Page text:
The days of endless piano lessons and tuition are over. Why not give kids something they can use in an increasingly connected world? Technopreneur John Tan had that in mind when he founded his Saturday Kids coding school in 2012. However, these days, the father of five is less concerned with equipping the next generation with technical skills, and more interested in giving them the traits they need to thrive in the real world. Ironically, he’s doing this through a virtual one.
Doyobi was launched in 2020 as a digital extension of Saturday Kids, offering online STEM curriculums. When the pandemic made it difficult for schools to focus on anything extra-curricular, Tan turned Doyobi into a platform that uses the metaverse to teach children the “6 Cs of the 21st century”: critical thinking, communication, collaboration, creativity, citizenship and confidence.
While trying to define the metaverse can be complex, the premise of the Doyobi metaverse is actually quite simple. 25 students create avatars, enter a specially designed virtual world, and go on quests that give them opportunities to practise the above skills. “For example, a zombie apocalypse may occur, and the groups will have to discern real news from fake news, agree on the best location to set up a community, and learn to trade and negotiate treaties with other communities,” explains Tan.
Often, the quests are plagued with crisis after crisis, from earthquakes to cholera outbreaks, prompting one 11-year-old to request an easier time. “But that’s the whole point. Life won’t wait. Such simulations help them learn to deal with problems that come all at once,” he laughs.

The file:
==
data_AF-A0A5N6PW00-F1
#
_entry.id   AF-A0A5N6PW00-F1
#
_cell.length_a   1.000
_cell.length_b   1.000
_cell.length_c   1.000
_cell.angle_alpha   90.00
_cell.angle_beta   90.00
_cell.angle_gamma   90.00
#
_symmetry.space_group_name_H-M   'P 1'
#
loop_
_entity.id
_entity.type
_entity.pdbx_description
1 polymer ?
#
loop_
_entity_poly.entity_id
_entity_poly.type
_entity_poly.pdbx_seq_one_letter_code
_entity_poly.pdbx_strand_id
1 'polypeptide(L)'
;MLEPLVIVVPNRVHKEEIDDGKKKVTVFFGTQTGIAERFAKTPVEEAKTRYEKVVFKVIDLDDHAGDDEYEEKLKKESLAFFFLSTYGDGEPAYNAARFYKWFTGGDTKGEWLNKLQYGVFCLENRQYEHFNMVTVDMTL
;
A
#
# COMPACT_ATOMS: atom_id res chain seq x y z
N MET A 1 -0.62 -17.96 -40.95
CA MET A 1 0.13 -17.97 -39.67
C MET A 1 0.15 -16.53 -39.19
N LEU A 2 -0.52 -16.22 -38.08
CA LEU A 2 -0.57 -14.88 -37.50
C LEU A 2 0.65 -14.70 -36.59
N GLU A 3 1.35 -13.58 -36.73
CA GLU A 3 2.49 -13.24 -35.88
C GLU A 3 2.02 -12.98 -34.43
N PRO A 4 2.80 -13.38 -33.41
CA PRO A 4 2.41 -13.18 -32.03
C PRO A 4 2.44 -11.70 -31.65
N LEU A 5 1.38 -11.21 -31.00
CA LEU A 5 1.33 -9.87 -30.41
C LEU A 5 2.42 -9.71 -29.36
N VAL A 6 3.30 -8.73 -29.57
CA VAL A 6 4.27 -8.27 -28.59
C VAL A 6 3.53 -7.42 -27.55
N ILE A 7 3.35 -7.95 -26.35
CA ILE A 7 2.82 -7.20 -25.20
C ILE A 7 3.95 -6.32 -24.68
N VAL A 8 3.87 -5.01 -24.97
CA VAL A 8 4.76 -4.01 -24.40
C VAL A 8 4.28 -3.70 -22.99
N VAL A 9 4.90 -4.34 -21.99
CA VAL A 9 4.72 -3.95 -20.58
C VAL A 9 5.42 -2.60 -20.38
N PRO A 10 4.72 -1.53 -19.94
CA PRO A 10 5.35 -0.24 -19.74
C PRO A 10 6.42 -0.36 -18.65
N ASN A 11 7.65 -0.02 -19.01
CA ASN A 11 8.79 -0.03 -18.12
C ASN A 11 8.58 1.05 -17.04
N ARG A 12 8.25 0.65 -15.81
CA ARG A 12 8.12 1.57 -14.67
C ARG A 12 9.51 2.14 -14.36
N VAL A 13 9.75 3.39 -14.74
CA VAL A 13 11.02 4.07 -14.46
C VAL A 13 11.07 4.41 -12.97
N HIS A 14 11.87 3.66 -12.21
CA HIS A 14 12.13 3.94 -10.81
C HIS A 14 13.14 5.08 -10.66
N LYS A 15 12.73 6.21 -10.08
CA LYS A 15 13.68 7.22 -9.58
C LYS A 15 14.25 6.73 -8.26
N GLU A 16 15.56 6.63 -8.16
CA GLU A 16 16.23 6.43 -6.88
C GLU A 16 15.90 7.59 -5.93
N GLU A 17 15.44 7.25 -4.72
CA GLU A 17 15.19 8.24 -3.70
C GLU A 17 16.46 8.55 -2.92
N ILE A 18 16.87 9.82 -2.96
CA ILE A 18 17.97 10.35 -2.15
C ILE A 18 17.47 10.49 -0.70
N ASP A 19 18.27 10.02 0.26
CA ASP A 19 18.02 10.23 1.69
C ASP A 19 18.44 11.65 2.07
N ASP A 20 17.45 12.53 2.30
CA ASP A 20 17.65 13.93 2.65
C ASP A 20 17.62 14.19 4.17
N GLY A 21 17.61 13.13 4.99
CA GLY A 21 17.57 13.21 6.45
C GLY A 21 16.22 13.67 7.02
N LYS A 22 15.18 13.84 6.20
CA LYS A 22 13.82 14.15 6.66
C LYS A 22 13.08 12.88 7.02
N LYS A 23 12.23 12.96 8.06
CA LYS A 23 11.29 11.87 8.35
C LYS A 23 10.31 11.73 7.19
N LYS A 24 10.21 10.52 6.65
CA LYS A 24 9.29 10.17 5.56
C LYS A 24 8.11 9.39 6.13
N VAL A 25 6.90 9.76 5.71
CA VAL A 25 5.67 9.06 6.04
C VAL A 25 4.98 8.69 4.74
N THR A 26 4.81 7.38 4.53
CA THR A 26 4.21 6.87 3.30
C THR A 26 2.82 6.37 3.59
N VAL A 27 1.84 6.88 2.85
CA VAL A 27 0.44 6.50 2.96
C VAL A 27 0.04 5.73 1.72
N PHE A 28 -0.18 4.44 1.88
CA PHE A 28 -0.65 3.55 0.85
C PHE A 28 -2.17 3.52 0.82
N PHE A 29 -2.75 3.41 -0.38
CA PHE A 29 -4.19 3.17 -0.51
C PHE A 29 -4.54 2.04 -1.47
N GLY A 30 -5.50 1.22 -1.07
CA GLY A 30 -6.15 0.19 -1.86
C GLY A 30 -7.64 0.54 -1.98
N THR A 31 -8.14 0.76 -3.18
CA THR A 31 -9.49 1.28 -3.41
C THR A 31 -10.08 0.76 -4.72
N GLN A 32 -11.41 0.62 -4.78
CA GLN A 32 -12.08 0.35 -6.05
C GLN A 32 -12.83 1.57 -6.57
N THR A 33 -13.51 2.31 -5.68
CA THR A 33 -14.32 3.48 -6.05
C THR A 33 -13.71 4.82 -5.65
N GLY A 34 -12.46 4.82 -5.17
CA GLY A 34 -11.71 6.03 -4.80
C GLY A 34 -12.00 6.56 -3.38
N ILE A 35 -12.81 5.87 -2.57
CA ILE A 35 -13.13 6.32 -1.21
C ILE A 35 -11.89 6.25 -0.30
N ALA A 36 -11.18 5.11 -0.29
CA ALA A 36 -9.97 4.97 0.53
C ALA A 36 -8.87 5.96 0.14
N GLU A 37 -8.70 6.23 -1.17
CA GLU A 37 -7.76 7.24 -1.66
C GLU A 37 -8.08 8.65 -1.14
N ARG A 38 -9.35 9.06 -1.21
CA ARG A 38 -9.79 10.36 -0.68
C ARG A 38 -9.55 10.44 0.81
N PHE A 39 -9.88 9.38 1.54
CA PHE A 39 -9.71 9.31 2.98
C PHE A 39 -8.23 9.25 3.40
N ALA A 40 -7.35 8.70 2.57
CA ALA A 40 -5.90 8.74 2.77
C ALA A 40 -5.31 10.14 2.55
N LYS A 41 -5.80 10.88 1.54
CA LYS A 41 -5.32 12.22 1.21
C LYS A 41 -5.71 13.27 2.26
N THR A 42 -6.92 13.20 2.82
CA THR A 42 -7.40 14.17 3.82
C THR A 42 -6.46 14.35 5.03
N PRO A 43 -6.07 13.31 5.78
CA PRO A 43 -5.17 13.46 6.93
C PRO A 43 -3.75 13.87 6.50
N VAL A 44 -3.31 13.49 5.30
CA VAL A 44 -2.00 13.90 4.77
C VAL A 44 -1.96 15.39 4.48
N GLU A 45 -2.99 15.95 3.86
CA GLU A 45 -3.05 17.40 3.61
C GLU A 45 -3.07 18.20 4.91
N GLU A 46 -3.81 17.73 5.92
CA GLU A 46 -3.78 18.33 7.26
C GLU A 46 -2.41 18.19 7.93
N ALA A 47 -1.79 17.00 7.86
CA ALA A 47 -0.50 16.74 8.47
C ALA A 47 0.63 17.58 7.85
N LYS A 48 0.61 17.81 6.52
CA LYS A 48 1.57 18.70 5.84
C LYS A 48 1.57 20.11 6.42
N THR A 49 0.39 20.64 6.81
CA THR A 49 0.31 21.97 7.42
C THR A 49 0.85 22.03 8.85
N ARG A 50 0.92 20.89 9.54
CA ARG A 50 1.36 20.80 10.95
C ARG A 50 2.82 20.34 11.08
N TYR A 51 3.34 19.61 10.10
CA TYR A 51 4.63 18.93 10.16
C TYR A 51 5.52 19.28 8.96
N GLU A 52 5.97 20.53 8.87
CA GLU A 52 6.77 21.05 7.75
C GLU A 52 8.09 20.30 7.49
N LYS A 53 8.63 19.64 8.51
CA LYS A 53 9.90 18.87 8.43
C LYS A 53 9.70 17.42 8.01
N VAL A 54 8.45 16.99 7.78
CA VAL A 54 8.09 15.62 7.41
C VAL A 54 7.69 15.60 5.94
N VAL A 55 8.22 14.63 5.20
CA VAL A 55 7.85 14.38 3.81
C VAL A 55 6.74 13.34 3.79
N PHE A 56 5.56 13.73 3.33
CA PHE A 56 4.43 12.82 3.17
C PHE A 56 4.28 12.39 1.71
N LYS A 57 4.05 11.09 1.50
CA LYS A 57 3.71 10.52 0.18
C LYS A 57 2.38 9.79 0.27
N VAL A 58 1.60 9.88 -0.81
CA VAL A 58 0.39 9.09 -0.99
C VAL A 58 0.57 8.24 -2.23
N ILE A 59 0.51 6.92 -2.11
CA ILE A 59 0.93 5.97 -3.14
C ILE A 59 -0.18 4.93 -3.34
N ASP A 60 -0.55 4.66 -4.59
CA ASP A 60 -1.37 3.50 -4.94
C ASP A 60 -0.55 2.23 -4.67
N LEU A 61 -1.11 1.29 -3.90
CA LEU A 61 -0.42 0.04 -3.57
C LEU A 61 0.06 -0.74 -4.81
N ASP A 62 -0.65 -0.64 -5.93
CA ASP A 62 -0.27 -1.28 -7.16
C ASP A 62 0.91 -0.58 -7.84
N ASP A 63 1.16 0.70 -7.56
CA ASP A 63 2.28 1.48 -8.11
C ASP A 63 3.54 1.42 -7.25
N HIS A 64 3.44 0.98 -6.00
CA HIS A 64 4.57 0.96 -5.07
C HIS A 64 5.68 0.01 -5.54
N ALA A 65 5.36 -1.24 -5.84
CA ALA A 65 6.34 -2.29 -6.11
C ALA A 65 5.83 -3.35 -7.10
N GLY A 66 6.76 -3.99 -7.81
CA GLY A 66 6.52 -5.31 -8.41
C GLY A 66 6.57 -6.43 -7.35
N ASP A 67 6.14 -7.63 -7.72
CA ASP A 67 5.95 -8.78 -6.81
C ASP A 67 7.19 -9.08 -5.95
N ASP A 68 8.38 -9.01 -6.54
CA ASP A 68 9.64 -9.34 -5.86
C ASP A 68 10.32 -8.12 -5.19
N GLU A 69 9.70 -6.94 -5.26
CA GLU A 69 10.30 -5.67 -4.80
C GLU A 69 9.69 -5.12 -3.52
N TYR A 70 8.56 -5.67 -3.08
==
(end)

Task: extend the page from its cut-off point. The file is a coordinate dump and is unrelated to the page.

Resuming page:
Despite the challenge, response from the children has been overwhelmingly positive, convincing Tan and his team to double the course length from three 90-minute sessions to six. “Even my daughter, who is a kinaesthetic learner, found the course engaging. I asked her how different this was from being in a classroom, she said that instead of having one teacher do all the talking, she and the other kids could make their own decisions. I think that’s what’s missing in our education system: a student agency.”
Tan understands this concept is a tough sell for parents who still prioritise exam results and better school admissions. “We show them measurable outcomes, like how their child demonstrated critical or creative thinking in the scenarios we place them in,” he says. “I think parents must understand that one of the biggest shortcomings in our education system is its focus on knowledge. In the real world, no one cares what you know. As an employer, I am only interested in what you can do. So why do kids have to wait until they leave school to learn how life works?”
Tan is asking the right questions, since Doyobi’s metaverse courses have been announced as one of 10 winners of the Octava Social Innovation Challenge, powered by MIT Solve and supported by the UBS Optimus Foundation. “We cannot just be a nation of bankers, lawyers, and accountants,” he stresses. “We need mavericks, people who use their imagination to think of new possibilities. I hope that what I’m doing can make a difference, not only in Singapore but in the rest of Asia as well.”